Huckleberry Hound

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Huckleberry Hound
The Huckleberry Hound Show character
First appearanceHuckleberry Hound Meets Wee Willie (September 29, 1958)
Created byWilliam Hanna
Joseph Barbera
Voiced byDaws Butler (1958–1988)
Greg Burson (1989-2003)
Greg Berg (Yo Yogi!)
James Arnold Taylor (Johnny Bravo)
Tom Kenny (Evil Con Carne)
Jeff Bergman (commercials)
Billy West (Wacky Races)
In-universe information
SpeciesBluetick Coonhound

Huckleberry "Huck" Hound is a fictional cartoon character, a blue anthropomorphic coonhound that speaks with a North Carolina Southern drawl and has a relaxed, sweet, and well-intentioned personality. He first appeared in the series The Huckleberry Hound Show. The cartoon was one of six TV shows to win an Emmy Award in 1960[1] as an "Outstanding Achievement in the Field of Children's Programming";[2] the first animated series to receive such an award.[3]

Most of his short films consisted of Huck trying to perform jobs in different fields, ranging from policeman to dogcatcher, with results that backfired, yet usually coming out on top, either through slow persistence or sheer luck. Huck did not seem to exist in a specific time period as he has also been a Roman gladiator, a medieval knight, and a rocket scientist. He never appeared in futuristic cartoons, only those set in the present or the past.

One regular antagonist in the series was Powerful Pierre, a tall and muscular unshaven character with a French-Canadian accent. Another regular villain was Dinky Dalton, a rough and tough western outlaw that Huck usually has to capture, and Crazy Coyote, a wild Native American who Huck often had to defeat who was his match. There were also two crows with Mafia accents who often annoyed Farmer Huck. Another trademark of Huck was his tone deaf and inaccurate rendition of "Oh My Darling, Clementine", often used as a running gag.

Concept and creation[edit]

In 1953, Tex Avery created a character known as the Southern Wolf for his MGM cartoons The Three Little Pups and Billy Boy. Introduced as an antagonist to Droopy, the wolf had a southern drawl and laid back mannerisms provided by Daws Butler. The most memorable trait of the character was that whenever something painful or unpleasant happened to him he never lost his cool, instead, he calmly talked to the audience or kept whistling the song 'Year of Jubilo'. After Avery left MGM, William Hanna and Joseph Barbera produced two more shorts with the character. In two of his cartoons (Billy Boy and Blackboard Jumble) the wolf plays a role that was exactly like a usual Huckleberry Hound short, aside from his frequent use of slang, and the echo-like repetition of words he only had in Billy Boy. While Sheep Wrecked was the wolf's final appearance, Huckleberry can be considered his reincarnation.

Huckleberry's name is a reference to classic American novel Adventures of Huckleberry Finn, written by Mark Twain. Hanna and Barbera almost named Yogi Bear "Huckleberry Bear".[4]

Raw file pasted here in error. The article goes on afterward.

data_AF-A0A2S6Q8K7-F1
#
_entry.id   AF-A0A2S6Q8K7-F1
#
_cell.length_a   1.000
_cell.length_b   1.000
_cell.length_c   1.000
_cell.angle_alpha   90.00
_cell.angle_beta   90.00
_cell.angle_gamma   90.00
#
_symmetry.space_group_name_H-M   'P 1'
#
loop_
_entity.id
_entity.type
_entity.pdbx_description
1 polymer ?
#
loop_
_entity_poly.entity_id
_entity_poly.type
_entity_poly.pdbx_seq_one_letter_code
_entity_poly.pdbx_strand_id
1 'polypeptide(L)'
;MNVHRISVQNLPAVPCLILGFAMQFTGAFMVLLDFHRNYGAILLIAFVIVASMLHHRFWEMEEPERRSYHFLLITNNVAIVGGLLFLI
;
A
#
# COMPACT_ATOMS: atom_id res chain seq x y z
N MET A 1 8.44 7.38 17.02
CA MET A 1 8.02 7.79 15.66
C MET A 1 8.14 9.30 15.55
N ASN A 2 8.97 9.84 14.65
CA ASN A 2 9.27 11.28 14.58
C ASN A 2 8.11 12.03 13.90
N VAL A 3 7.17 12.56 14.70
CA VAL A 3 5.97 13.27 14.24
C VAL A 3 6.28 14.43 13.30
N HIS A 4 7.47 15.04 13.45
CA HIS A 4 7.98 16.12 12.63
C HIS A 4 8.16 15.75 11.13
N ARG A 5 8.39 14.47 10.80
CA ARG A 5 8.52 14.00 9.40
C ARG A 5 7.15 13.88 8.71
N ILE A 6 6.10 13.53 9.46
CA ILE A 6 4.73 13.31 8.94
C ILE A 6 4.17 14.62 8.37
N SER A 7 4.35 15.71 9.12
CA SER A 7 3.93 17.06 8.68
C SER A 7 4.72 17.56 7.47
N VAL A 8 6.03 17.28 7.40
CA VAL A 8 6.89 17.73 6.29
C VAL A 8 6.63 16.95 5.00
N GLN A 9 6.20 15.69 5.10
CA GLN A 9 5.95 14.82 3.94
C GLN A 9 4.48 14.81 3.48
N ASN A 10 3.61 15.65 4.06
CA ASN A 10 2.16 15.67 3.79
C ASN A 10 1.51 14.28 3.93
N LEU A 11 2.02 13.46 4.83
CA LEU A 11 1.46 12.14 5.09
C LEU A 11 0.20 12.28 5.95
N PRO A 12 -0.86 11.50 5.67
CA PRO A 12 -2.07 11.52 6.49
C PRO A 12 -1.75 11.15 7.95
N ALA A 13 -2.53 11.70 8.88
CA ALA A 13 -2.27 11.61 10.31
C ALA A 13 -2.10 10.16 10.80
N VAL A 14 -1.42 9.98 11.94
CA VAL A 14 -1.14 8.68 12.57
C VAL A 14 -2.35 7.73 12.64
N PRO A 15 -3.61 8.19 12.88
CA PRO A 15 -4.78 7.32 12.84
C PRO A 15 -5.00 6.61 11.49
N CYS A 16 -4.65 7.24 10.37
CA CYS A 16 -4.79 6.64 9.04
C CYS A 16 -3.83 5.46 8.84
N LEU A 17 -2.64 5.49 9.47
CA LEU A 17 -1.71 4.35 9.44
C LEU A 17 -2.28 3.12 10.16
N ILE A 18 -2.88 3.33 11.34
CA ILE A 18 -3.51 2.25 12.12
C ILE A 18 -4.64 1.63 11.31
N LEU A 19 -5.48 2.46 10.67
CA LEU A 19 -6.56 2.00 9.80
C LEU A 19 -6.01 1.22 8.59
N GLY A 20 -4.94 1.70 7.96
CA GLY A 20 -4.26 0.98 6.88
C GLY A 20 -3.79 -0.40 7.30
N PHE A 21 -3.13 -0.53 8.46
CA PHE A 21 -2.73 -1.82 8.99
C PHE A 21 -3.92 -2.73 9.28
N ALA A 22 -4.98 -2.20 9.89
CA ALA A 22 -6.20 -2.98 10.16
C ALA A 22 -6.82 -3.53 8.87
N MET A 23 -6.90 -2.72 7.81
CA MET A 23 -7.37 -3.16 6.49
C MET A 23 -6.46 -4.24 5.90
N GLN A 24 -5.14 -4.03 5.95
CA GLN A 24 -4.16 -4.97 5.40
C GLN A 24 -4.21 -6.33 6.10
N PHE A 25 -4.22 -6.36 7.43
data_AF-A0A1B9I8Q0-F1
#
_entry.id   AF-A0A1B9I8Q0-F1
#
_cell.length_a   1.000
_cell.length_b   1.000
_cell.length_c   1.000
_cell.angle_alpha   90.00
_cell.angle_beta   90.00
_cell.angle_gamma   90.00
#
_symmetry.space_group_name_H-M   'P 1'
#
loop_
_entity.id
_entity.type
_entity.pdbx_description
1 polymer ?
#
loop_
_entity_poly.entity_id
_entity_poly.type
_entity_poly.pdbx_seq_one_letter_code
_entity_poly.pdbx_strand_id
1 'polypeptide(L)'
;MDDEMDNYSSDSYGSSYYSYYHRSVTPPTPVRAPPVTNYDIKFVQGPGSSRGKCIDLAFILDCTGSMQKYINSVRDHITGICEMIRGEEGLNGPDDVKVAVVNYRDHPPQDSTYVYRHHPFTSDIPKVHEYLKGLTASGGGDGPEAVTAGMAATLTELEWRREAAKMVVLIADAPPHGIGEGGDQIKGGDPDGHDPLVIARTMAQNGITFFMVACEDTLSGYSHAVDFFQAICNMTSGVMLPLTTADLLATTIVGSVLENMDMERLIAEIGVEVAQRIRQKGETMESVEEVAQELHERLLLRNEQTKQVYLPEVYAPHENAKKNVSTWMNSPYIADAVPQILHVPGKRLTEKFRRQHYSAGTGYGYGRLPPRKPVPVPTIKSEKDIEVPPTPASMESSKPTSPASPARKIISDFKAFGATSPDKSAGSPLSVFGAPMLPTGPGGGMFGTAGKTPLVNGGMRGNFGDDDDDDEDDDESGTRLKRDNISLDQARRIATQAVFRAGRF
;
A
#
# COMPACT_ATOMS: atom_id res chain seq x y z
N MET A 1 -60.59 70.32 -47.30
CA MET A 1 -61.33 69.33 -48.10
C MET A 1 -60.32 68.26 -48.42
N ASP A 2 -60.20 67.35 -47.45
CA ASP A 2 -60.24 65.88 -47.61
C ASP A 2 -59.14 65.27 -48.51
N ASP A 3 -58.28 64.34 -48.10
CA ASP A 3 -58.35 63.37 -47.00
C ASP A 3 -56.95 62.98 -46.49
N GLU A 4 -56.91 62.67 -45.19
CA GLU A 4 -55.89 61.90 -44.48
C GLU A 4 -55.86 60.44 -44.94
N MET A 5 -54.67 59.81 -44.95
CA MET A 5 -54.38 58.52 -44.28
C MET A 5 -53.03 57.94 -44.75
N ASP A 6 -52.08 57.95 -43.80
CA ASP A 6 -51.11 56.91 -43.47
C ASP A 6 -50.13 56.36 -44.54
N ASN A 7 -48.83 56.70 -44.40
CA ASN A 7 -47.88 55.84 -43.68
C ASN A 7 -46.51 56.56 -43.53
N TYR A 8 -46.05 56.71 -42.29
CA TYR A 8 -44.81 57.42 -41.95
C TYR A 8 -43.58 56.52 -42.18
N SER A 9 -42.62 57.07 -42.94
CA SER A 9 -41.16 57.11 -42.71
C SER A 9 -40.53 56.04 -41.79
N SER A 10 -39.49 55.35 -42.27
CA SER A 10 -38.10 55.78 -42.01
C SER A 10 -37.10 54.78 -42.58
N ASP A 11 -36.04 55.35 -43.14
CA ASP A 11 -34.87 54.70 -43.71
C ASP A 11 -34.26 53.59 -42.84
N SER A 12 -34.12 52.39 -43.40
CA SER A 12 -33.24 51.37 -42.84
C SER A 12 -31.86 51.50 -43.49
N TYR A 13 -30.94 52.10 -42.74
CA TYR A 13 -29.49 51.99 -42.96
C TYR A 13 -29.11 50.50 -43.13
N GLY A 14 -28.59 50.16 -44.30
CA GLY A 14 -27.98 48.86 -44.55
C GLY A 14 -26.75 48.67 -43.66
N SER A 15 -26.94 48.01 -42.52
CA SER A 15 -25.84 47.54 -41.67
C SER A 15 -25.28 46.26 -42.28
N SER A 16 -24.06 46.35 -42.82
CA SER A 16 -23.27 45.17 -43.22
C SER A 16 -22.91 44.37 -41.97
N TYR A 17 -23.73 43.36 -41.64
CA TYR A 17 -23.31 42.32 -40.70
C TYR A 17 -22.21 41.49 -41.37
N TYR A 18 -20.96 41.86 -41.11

He was voiced in the original cartoons in 1958 by Daws Butler, who had given a similar voice and characterization to the dog character in Ruff and Reddy. The voice for Huck was actually inspired by a neighbor of Butler's wife, Myrtis Martin, in Albemarle, North Carolina, her hometown. Butler would visit Myrtis and her family and would talk to the neighbor who was a veterinarian. Butler found the man's voice amusing, and would remember it when it came time to voice Huck.[5] The voice bore similarities to that of Andy Griffith, who likewise based his character accent on a rural North Carolina town (in Griffith's case, Mount Airy), and Hanna-Barbera was known for its characters' voices being parodies of known celebrities; Butler, who had been using the accent for about a decade before Griffith became famous, denied using Griffith as an inspiration.[4]

Role in later productions[edit]

In other media[edit]

Huckleberry Hound in Hollywood Capers is a 1993 computer game for MS-DOS, Amiga, and Atari ST, released only in Europe. It was in fact adapted from an earlier game, Dino Jnr. in Canyon Capers.[9]

In other languages[edit]

See also[edit]


  1. ^ "HB Screen Gems Emmys". Variety. Screen Gems: 38. June 1, 1960. Retrieved November 10, 2015. Outstanding program achievement in the field of children's programming
  2. ^ "Primetime Emmy Awards (1960)". Retrieved November 17, 2015.
  3. ^ "Hanna-Barbera - Television Academy". Academy Of Television Arts & Sciences. Retrieved November 10, 2015.
  4. ^ a b c d e f g h i Ted Sennett, The Art of Hanna-Barbera: Fifty Years of Creativity. Viking Studio Books, 1989. ISBN 0-670-82978-1, 274 pages.
  5. ^ Beamon, Shannon (May 31, 2015). "Stanly has famous ties near and far". Stanly News and Press. p. 1A.
  6. ^ "DC's Gay Snagglepuss Is Now Officially Hanna-Barbera Canon".
  7. ^ "GREEN LANTERN/HUCKLEBERRY HOUND SPECIAL #1". DC. July 23, 2018. Retrieved March 30, 2019.
  8. ^
  9. ^ "Huckleberry Hound in Hollywood Capers for Amiga (1993)". MobyGames. Blue Flame Labs. Retrieved September 4, 2019.

External links[edit]